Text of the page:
Hate the Consumer Privacy Bill of Rights, but Love the Privacy Review Boards

Considering the criticism on all sides, it’s not a bold prediction to suggest the White House’s Consumer Privacy Bill of Rights is unlikely to go far in the current Congress. Yet while actual legislation may not be the cards, the ideas raised by the proposed bill will impact the privacy debate. One of the bill’s biggest ideas is the creation of a new governance institution, the Privacy Review Board.

The bill envisions that Privacy Review Boards will provide a safety valve for innovative uses of information that strain existing privacy protections but could provide big benefits. In particular, when notice and choice are impractical and data analysis would be “not reasonable in light of context,” Privacy Review Boards could still permit data uses when “the likely benefits of the analysis outweigh the likely privacy risks.” This approach provides a middle-ground between calls for permissionless innovation, on one hand, and blanket prohibitions on innovative uses of information on the other.

Instead, Privacy Review Boards embrace the idea that ongoing review processes, whether external or internal, are important and are a better way to address amorphous benefits and privacy risks. Whatever they ultimately look like, these boards can begin the challenging task of specifically confronting the ethical qualms being raised by the benefits of “big data” and the Internet of Things.

This isn’t a novel idea. After all, the creation of formal review panels was one of the primary responses to ethical concerns with biomedical research. Institutional review boards, or IRBs, have now existed as a fundamental part of the human research approval process for decades. IRBs are not without their flaws. They can become overburdened and bureaucratic, and the larger ethical questions can be replaced by a rigid process of checking-off boxes and filling out paperwork. Yet IRBs have become an important mechanism by which society has come to trust researchers.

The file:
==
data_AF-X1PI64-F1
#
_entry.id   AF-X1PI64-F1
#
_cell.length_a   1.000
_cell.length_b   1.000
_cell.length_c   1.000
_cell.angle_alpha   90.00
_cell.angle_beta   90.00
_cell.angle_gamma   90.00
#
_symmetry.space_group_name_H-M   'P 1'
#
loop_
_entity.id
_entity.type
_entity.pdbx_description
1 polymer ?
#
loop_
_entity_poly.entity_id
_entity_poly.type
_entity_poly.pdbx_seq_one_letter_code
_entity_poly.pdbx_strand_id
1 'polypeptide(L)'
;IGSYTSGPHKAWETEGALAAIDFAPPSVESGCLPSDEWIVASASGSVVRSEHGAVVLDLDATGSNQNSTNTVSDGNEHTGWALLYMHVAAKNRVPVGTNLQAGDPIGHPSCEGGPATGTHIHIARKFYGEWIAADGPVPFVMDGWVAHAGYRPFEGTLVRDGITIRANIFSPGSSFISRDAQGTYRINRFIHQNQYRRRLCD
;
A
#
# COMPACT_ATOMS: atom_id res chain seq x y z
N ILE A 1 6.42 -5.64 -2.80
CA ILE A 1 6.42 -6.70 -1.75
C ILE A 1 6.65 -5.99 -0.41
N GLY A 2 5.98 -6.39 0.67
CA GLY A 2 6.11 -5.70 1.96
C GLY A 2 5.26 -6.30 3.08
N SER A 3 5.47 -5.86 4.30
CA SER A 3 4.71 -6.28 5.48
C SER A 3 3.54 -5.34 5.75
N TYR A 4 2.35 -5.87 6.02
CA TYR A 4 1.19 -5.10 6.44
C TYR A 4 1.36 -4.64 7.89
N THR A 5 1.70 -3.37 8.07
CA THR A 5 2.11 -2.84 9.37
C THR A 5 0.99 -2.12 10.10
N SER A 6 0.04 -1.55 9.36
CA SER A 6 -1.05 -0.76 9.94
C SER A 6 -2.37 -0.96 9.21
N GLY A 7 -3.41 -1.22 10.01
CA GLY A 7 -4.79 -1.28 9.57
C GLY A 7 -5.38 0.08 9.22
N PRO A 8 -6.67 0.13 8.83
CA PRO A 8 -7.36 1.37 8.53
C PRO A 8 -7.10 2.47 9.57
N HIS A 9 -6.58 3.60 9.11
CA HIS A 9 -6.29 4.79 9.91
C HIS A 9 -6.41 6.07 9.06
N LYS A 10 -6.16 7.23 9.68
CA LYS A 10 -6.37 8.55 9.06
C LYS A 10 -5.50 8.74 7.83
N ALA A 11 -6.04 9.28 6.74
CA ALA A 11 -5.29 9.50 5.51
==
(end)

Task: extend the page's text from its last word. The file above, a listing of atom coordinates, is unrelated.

At their foundation, IRBs reflect an effort to infuse research with several overarching ethical principles identified in the Belmont Report, which serves as a foundational document in ethical research. The report’s principles of respect for persons, beneficence, and justice embody the ideas that researchers (1) should respect individual autonomy, (2) maximize benefits to the research project while minimizing risks to research subjects, and (3) ensure that costs and benefits of research are distributed fairly and equitably.

Formalizing a process of considering these principles, warts and all, went a long way toward alleviating fears that medical researchers lacked rules. Privacy Review Boards could do the same today for consumer data in the digital space. Consumers feel like they lack control over their own information, and they want reassurances that their personal data is only being used in ways that ultimately benefit them. Moreover, calls to develop these sorts of mechanisms in the consumer space are also not new. In response to privacy headaches, companies like Facebook and Google have already instituted review panels that are designed to reflect different viewpoints and encourage careful consideration.